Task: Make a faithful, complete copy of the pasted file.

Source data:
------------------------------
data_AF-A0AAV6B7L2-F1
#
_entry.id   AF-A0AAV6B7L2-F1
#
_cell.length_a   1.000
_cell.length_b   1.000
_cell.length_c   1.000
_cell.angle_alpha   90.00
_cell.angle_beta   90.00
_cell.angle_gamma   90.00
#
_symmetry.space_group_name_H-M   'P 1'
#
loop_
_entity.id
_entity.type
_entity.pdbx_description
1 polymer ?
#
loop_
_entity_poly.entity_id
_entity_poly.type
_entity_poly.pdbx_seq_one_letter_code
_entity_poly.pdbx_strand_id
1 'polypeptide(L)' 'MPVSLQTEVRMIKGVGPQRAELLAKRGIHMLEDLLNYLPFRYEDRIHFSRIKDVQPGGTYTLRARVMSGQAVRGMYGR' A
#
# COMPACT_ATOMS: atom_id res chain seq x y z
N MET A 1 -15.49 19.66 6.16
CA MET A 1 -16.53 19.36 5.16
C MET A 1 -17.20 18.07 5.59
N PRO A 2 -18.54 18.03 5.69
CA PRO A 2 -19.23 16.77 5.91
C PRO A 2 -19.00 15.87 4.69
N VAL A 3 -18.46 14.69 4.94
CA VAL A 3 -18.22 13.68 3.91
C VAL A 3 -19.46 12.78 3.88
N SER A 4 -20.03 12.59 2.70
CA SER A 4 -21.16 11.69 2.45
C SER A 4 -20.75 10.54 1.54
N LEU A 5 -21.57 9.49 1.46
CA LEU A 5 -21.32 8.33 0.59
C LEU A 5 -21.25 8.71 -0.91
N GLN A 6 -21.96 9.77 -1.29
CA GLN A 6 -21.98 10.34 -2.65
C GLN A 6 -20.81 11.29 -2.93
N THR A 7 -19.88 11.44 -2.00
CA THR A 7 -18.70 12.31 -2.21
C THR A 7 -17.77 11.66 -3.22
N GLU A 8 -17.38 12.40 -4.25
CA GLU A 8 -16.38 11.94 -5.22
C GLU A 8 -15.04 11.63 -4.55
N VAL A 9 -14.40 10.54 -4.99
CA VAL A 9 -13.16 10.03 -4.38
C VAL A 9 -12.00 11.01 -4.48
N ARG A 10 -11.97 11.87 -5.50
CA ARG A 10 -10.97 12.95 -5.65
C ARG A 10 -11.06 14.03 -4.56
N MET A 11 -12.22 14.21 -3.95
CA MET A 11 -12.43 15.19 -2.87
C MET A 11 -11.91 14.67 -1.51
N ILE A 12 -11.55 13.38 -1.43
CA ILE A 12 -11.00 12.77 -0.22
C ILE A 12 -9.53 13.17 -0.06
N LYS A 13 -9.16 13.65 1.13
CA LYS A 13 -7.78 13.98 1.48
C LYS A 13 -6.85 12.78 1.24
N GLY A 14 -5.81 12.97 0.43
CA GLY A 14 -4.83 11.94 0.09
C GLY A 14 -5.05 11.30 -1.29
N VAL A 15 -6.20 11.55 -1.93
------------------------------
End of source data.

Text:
data_AF-A0AAV6B7L2-F1
#
_entry.id   AF-A0AAV6B7L2-F1
#
_cell.length_a   1.000
_cell.length_b   1.000
_cell.length_c   1.000
_cell.angle_alpha   90.00
_cell.angle_beta   90.00
_cell.angle_gamma   90.00
#
_symmetry.space_group_name_H-M   'P 1'
#
loop_
_entity.id
_entity.type
_entity.pdbx_description
1 polymer ?
#
loop_
_entity_poly.entity_id
_entity_poly.type
_entity_poly.pdbx_seq_one_letter_code
_entity_poly.pdbx_strand_id
1 'polypeptide(L)' 'MPVSLQTEVRMIKGVGPQRAELLAKRGIHMLEDLLNYLPFRYEDRIHFSRIKDVQPGGTYTLRARVMSGQAVRGMYGR' A
#
# COMPACT_ATOMS: atom_id res chain seq x y z
N MET A 1 -15.49 19.66 6.16
CA MET A 1 -16.53 19.36 5.16
C MET A 1 -17.20 18.07 5.59
N PRO A 2 -18.54 18.03 5.69
CA PRO A 2 -19.23 16.77 5.91
C PRO A 2 -19.00 15.87 4.69
N VAL A 3 -18.46 14.69 4.94
CA VAL A 3 -18.22 13.68 3.91
C VAL A 3 -19.46 12.78 3.88
N SER A 4 -20.03 12.59 2.70
CA SER A 4 -21.16 11.69 2.45
C SER A 4 -20.75 10.54 1.54
N LEU A 5 -21.57 9.49 1.46
CA LEU A 5 -21.32 8.33 0.59
C LEU A 5 -21.25 8.71 -0.91
N GLN A 6 -21.96 9.77 -1.29
CA GLN A 6 -21.98 10.34 -2.65
C GLN A 6 -20.81 11.29 -2.93
N THR A 7 -19.88 11.44 -2.00
CA THR A 7 -18.70 12.31 -2.21
C THR A 7 -17.77 11.66 -3.22
N GLU A 8 -17.38 12.40 -4.25
CA GLU A 8 -16.38 11.94 -5.22
C GLU A 8 -15.04 11.63 -4.55
N VAL A 9 -14.40 10.54 -4.99
CA VAL A 9 -13.16 10.03 -4.38
C VAL A 9 -12.00 11.01 -4.48
N ARG A 10 -11.97 11.87 -5.50
CA ARG A 10 -10.97 12.95 -5.65
C ARG A 10 -11.06 14.03 -4.56
N MET A 11 -12.22 14.21 -3.95
CA MET A 11 -12.43 15.19 -2.87
C MET A 11 -11.91 14.67 -1.51
N ILE A 12 -11.55 13.38 -1.43
CA ILE A 12 -11.00 12.77 -0.22
C ILE A 12 -9.53 13.17 -0.06
N LYS A 13 -9.16 13.65 1.13
CA LYS A 13 -7.78 13.98 1.48
C LYS A 13 -6.85 12.78 1.24
N GLY A 14 -5.81 12.97 0.43
CA GLY A 14 -4.83 11.94 0.09
C GLY A 14 -5.05 11.30 -1.29
N VAL A 15 -6.20 11.55 -1.93